Published November 1, 2012. From Cook's Illustrated.
The key to a great vegetarian chili is not finding a substitute for the meat. It’s finding substitutes for what the meat brings to the chili.
Most vegetarian chilis lack depth and complexity. They rely on beans and chunky veggies for heartiness—but neither ingredient offers any real replacement for the flavor, texture, and unctuous richness that meat provides.
We set out to build a version as rich, savory, and deeply satisfying as any meat chili out there—one that even meat lovers would make on its own merits, not just to satisfy vegetarian friends.
The first ingredient to tackle was the seasoning that gives the dish its name. For our homemade blend, we opted for two widely available dried chiles: mild, sweet ancho and earthy New Mexican. We toasted them to bring out their flavor and then, after removing the stems and seeds, pulverized the peppers to a fine powder in a spice grinder.
Next up: beans. For greater complexity, we singled out sweet, nutty cannellinis and meaty, earthy pintos. Canned beans are convenient, but they also tend to be bland and mushy, so we opted for dried. We quickly brined them to ensure they were well-seasoned and came out evenly cooked in the oven, where the gentle heat prevented them from blowing out.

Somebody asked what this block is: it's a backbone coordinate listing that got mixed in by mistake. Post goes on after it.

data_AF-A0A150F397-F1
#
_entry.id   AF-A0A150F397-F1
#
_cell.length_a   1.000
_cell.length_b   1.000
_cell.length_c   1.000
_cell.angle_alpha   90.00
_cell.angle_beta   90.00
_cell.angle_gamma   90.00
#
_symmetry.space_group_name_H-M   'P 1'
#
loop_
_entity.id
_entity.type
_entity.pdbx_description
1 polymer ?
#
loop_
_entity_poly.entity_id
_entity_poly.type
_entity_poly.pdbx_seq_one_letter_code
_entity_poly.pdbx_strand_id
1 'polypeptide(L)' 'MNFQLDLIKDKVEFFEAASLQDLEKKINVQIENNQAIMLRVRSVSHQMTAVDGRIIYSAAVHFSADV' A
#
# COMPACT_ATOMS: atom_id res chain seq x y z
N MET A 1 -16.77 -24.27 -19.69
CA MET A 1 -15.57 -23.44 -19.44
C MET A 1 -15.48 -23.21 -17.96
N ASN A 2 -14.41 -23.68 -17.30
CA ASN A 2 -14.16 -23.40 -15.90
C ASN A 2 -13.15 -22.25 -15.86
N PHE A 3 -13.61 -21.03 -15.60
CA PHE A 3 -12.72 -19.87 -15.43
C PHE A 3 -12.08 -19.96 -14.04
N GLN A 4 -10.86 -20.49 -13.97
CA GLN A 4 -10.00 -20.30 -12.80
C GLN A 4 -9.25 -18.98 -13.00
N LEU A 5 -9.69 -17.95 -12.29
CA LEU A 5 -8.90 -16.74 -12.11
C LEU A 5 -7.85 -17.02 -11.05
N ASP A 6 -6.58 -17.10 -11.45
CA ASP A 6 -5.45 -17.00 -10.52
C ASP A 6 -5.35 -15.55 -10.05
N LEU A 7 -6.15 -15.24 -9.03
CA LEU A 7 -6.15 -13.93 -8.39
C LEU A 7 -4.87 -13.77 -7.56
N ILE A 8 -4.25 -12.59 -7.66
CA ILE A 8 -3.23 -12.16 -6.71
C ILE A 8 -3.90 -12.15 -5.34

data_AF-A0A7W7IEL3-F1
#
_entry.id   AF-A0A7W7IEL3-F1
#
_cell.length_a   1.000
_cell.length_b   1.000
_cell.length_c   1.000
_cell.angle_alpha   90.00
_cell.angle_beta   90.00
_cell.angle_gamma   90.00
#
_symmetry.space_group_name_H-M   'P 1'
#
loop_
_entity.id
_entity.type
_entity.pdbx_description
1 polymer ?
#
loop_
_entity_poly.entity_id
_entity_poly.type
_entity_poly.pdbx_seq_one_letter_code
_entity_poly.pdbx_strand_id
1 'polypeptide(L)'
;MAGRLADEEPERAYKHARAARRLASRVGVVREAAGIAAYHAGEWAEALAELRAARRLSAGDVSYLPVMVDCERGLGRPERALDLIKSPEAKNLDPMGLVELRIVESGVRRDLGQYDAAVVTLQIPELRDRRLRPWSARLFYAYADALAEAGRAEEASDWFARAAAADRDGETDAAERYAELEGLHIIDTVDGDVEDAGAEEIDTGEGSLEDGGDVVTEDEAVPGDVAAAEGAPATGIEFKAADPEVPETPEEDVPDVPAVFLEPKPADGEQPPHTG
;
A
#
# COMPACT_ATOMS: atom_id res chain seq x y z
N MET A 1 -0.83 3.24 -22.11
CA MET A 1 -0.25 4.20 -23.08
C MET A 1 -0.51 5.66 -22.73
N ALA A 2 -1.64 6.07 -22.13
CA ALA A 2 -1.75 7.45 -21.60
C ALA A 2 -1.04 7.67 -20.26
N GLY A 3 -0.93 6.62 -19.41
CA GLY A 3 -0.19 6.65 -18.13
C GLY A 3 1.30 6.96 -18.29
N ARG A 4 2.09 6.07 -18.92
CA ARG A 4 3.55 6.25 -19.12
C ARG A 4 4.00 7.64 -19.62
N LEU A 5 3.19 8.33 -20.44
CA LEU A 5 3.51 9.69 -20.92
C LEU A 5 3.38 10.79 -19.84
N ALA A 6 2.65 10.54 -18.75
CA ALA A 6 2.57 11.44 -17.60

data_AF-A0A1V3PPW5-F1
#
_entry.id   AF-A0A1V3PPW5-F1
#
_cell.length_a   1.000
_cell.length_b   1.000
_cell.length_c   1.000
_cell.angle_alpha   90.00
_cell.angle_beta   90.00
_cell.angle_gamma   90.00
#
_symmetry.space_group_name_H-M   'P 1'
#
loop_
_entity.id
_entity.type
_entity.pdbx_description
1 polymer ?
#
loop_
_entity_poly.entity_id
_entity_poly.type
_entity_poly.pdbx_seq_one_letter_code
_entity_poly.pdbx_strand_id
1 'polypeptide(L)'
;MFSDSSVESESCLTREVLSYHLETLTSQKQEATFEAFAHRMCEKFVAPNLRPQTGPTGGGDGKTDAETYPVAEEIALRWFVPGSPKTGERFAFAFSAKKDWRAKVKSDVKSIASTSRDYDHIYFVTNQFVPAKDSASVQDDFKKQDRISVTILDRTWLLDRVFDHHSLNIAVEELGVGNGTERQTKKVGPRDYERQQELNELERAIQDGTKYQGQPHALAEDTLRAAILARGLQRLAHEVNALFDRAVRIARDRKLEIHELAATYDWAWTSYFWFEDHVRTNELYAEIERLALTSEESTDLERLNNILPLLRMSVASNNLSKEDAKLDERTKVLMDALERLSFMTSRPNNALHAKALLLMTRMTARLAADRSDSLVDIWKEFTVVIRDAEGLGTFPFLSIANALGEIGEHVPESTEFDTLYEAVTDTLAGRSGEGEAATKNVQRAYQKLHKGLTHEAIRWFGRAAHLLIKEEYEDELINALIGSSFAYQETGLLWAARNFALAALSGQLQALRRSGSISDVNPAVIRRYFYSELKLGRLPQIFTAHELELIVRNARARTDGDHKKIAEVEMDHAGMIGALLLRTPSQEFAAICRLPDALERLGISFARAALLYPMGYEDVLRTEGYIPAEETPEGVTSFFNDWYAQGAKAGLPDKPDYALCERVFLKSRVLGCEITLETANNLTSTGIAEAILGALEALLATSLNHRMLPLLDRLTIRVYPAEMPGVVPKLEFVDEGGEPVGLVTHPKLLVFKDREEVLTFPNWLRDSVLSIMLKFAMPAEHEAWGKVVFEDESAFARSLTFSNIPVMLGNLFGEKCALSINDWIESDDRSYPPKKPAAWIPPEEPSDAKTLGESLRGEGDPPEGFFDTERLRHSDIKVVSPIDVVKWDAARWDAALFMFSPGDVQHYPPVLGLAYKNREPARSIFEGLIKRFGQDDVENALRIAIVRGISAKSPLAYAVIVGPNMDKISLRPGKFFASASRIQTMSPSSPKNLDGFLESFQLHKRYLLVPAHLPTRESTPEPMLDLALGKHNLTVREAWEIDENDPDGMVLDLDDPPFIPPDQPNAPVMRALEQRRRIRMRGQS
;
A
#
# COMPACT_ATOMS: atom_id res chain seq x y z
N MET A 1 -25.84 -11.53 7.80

We then moved on to upping our chili’s savory depth and meatiness—minus the meat. We stirred in some nutty little granules of bulgur, which retained their shape and gave the chili the textural dimension that it had been missing. We also added a few umami-packed ingredients: tomato paste, soy sauce, dried mushrooms, and walnuts. We also found that using a bit of vegetable oil brought the flavors into focus and allowed them to linger pleasantly instead of disappearing after a few seconds.list of recipes